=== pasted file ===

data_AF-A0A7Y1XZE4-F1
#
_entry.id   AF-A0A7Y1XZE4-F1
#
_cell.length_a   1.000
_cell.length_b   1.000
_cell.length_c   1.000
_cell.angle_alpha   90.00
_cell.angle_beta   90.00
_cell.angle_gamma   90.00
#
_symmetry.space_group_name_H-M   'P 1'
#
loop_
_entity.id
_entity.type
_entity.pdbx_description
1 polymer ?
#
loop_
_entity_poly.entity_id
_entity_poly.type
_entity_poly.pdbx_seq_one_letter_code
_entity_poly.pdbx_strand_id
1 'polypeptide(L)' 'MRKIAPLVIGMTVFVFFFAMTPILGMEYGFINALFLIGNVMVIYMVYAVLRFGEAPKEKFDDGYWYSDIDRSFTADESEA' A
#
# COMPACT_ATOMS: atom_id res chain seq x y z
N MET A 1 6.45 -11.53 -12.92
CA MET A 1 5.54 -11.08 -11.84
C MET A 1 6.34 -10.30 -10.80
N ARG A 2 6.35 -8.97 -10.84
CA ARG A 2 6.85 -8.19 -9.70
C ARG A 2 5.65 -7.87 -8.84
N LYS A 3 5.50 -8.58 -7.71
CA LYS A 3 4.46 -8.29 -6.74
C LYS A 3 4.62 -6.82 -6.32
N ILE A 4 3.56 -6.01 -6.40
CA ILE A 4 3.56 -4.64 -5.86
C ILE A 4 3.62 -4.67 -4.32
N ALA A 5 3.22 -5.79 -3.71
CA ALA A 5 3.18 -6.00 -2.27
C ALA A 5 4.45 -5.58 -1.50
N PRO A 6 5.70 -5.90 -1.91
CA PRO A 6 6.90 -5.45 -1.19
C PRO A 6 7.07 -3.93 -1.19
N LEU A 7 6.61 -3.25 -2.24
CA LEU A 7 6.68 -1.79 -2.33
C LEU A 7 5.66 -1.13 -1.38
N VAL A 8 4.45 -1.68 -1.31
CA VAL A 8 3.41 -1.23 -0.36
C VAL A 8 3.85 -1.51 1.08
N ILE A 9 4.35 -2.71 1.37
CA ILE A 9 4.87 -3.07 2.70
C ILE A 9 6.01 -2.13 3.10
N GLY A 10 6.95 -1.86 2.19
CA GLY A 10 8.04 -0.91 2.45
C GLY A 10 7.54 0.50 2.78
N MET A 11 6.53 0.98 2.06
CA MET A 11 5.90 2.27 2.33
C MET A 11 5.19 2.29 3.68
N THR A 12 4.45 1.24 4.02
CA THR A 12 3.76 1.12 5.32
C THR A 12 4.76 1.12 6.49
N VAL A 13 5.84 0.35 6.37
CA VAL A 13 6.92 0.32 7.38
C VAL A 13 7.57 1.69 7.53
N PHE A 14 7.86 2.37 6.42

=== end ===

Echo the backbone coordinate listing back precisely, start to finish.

data_AF-A0A7Y1XZE4-F1
#
_entry.id   AF-A0A7Y1XZE4-F1
#
_cell.length_a   1.000
_cell.length_b   1.000
_cell.length_c   1.000
_cell.angle_alpha   90.00
_cell.angle_beta   90.00
_cell.angle_gamma   90.00
#
_symmetry.space_group_name_H-M   'P 1'
#
loop_
_entity.id
_entity.type
_entity.pdbx_description
1 polymer ?
#
loop_
_entity_poly.entity_id
_entity_poly.type
_entity_poly.pdbx_seq_one_letter_code
_entity_poly.pdbx_strand_id
1 'polypeptide(L)' 'MRKIAPLVIGMTVFVFFFAMTPILGMEYGFINALFLIGNVMVIYMVYAVLRFGEAPKEKFDDGYWYSDIDRSFTADESEA' A
#
# COMPACT_ATOMS: atom_id res chain seq x y z
N MET A 1 6.45 -11.53 -12.92
CA MET A 1 5.54 -11.08 -11.84
C MET A 1 6.34 -10.30 -10.80
N ARG A 2 6.35 -8.97 -10.84
CA ARG A 2 6.85 -8.19 -9.70
C ARG A 2 5.65 -7.87 -8.84
N LYS A 3 5.50 -8.58 -7.71
CA LYS A 3 4.46 -8.29 -6.74
C LYS A 3 4.62 -6.82 -6.32
N ILE A 4 3.56 -6.01 -6.40
CA ILE A 4 3.56 -4.64 -5.86
C ILE A 4 3.62 -4.67 -4.32
N ALA A 5 3.22 -5.79 -3.71
CA ALA A 5 3.18 -6.00 -2.27
C ALA A 5 4.45 -5.58 -1.50
N PRO A 6 5.70 -5.90 -1.91
CA PRO A 6 6.90 -5.45 -1.19
C PRO A 6 7.07 -3.93 -1.19
N LEU A 7 6.61 -3.25 -2.24
CA LEU A 7 6.68 -1.79 -2.33
C LEU A 7 5.66 -1.13 -1.38
N VAL A 8 4.45 -1.68 -1.31
CA VAL A 8 3.41 -1.23 -0.36
C VAL A 8 3.85 -1.51 1.08
N ILE A 9 4.35 -2.71 1.37
CA ILE A 9 4.87 -3.07 2.70
C ILE A 9 6.01 -2.13 3.10
N GLY A 10 6.95 -1.86 2.19
CA GLY A 10 8.04 -0.91 2.45
C GLY A 10 7.54 0.50 2.78
N MET A 11 6.53 0.98 2.06
CA MET A 11 5.90 2.27 2.33
C MET A 11 5.19 2.29 3.68
N THR A 12 4.45 1.24 4.02
CA THR A 12 3.76 1.12 5.32
C THR A 12 4.76 1.12 6.49
N VAL A 13 5.84 0.35 6.37
CA VAL A 13 6.92 0.32 7.38
C VAL A 13 7.57 1.69 7.53
N PHE A 14 7.86 2.37 6.42